It’s not surprising that Donald Trump’s campaign is coming out of its big win in New York with a renewed sense of aggressiveness. The drought of good news for Trump had grown long, and he’s now drinking deeply from the trophy cup in the winner’s circle, which he thinks of as his permanent address.
But there may be more than swagger to the triumphant noises emanating from Team Trump right now. Depending on what happens between now and the final primaries on June 7, Trump is either going to very narrowly win the 1,237 pledged delegates needed for a first-ballot victory, or fall short by some relatively small margin that could theoretically be filled by uncommitted delegates (of which there are likely to be as many as 200). Adapting the sports term for a championship team ineluctably moving toward its reward, everyone’s beginning to talk about some mythical level of support that constitutes Trump’s “magic number,” the point of no return where no one dares deny him the nomination. It is very important to his campaign that this number be perceived as low and as near as possible in order to shut down his rivals even if they are succeeding in locking down second- and third-ballot commitments.
And if there’s not some “magic number” on which everyone agrees, why not claim victory as early as you can and then defy the hated Republican Establishment to prove otherwise, at the risk of alienating primary voters? That’s a strategy that is already perceptible in the Trump campaign’s current communications, as explained by the Washington Post’s Philip Rucker, who gained access to internal talking points:
Donald Trump’s campaign advisers believe the billionaire mogul is emerging as the “prohibitive favorite” in the Republican presidential race and project that he will accumulate more than 1,400 delegates to secure the nomination on the first round of balloting at the party’s Cleveland convention, according to an internal campaign memorandum.
The projections come in a memo distributed to Trump surrogates late Tuesday night containing talking points for use in media interviews this week. The memo, obtained by The Washington Post, describes Trump’s commanding win in the New York primary as “YUGE” and encourages his supporters to speak out about what Trump has described as a “rigged” process of selecting delegates for the Republican National Convention in July.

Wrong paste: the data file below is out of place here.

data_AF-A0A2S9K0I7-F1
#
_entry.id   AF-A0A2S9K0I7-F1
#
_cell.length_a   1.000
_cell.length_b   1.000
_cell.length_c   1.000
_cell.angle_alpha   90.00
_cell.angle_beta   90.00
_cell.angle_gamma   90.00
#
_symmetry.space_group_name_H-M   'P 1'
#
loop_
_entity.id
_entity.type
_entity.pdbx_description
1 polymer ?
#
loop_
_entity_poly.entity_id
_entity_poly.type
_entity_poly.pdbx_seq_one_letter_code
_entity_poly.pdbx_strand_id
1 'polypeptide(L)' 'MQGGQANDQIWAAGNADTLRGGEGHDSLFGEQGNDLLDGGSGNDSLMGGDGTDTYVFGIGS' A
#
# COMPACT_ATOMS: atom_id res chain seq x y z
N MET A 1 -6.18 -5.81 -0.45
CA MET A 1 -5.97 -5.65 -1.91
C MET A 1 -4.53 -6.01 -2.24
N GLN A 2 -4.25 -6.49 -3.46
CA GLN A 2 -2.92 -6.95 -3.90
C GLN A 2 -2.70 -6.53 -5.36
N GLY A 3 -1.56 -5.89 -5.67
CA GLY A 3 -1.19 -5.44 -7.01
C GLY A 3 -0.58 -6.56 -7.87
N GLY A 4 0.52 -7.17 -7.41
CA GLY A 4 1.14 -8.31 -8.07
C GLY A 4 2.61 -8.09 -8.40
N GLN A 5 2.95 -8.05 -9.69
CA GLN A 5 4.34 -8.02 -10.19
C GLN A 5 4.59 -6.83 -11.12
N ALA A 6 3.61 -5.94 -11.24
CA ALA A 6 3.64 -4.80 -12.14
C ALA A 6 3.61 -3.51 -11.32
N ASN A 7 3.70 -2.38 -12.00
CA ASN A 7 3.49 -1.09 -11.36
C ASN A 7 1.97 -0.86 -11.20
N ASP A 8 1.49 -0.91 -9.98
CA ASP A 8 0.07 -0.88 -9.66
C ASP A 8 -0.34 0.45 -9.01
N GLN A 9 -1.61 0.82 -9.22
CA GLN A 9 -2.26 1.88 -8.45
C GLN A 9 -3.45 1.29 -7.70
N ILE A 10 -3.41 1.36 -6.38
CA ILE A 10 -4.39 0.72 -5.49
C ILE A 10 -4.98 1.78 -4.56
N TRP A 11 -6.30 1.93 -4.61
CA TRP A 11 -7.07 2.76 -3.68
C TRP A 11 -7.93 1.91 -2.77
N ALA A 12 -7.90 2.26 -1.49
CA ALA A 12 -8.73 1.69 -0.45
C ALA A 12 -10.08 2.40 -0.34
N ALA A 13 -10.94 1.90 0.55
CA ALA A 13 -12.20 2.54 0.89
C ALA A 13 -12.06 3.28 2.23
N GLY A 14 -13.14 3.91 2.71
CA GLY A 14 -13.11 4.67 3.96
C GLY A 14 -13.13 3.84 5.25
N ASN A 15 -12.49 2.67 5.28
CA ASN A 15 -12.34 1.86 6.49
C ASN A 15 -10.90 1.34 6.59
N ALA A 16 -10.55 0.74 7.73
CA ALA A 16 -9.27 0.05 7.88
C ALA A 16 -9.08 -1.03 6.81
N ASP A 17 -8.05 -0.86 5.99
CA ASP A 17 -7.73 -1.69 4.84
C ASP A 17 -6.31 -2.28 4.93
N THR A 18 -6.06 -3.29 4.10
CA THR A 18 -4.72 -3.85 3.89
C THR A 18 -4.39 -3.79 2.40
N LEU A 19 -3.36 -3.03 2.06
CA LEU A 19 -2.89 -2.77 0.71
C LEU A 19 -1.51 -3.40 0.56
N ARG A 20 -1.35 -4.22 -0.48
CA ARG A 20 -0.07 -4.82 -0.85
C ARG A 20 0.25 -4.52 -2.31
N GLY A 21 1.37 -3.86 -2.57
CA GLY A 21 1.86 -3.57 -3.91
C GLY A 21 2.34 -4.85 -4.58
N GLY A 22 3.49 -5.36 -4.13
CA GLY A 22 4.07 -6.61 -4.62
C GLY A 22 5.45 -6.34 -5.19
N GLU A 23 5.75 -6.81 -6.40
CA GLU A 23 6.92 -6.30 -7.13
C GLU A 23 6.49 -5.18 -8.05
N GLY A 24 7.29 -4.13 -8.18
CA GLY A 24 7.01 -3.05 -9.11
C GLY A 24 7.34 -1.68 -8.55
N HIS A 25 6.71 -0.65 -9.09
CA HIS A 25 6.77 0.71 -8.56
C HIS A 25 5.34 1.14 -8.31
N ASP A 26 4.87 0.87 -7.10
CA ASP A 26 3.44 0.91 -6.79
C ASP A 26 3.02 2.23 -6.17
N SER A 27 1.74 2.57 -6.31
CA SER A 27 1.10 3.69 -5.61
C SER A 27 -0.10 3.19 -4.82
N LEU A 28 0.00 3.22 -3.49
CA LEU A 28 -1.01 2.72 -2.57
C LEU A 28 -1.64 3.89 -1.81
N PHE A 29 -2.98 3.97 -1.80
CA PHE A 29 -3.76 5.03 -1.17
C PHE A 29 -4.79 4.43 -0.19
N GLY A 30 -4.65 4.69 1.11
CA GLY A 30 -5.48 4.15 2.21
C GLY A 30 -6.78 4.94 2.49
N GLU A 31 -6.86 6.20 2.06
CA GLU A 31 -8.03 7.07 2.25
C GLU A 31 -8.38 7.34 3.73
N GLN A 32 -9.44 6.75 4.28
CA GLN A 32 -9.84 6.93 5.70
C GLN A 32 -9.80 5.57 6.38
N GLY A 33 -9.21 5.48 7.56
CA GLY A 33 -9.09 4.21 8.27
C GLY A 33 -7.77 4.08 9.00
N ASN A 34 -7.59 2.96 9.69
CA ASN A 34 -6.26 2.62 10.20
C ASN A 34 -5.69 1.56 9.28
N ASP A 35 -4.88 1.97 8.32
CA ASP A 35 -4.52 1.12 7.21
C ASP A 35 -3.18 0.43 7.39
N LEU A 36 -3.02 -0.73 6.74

In truth, the “rigged” process Trump’s been attacking mostly involves second- or third-ballot commitments and perhaps procedural votes. With the exception of the handful of states that decided long before this cycle formally began to keep their delegates uncommitted or name them in a state convention, the delegate-selection process has no bearing on whether Trump gets the nomination before his delegates are “unbound” (barring some really audacious rule change). So the attacks the Trump campaign is encouraging are all about intimidating his opponents and stoking the fires of outrage among his supporters in a way that could discourage opponents from going to the mats to stop him.
This game is being played at a pretty sophisticated level, as attested by this reference to the RNC’s spring meeting this week, where rumors of anti-Trump rules skullduggery are swirling:
As Manafort and another new hire, national political director Rick Wiley, meet privately with Republican National Committee members in Florida this week, the memo instructs campaign surrogates to publicly lash out at the RNC.
“The RNC has a lot to answer for as do those who are part of the donor class and the party establishment,” the [Trump campaign] memo reads. “This movement scares the hell out of them and the people scare them, so they will do whatever they can to keep power.”
It’s kind of like the bad guys in a Western letting their goons shoot up the town before they confront the sheriff with their demands. The reality is that for all the paranoia of the Trump rank and file, the spring meeting of the RNC is not authorized to change any rules (if that’s going to happen it will be at the first meeting of the convention’s rules committee just before Cleveland), and all of the signs indicate that Reince Priebus wants to keep the anti-Trump scheming to a minimum, at least when reporters are around. But having “called them out,” the Trump operatives can now claim they prevented terrible things from happening, and are fully justified in fearing an Establishment coup.
You can see how over time these tactics can gradually move the goalposts so that the mathematically minimum level of pledged delegates needed to win the nomination if all of the uncommitted delegates joined them could become the new “magic number.” Indeed, I strongly suspect Trump and his people are already trying to figure out the earliest possible date they can declare victory, moving from “prohibitive favorite” to “putative nominee” and daring the powers that be to challenge it without triggering a backlash not just from Trump supporters but from others fearing a coup against the primary results. Claiming an early victory would have the added advantage of exposing Ted Cruz’s ambivalent position as someone working with the party Establishment to stop Trump while trying not to leave his own fate in their hands.
I claim no inside knowledge of the Donald’s plans, but I would not be surprised if the Champagne is placed on ice shortly before next Tuesday’s northeastern primaries report their results.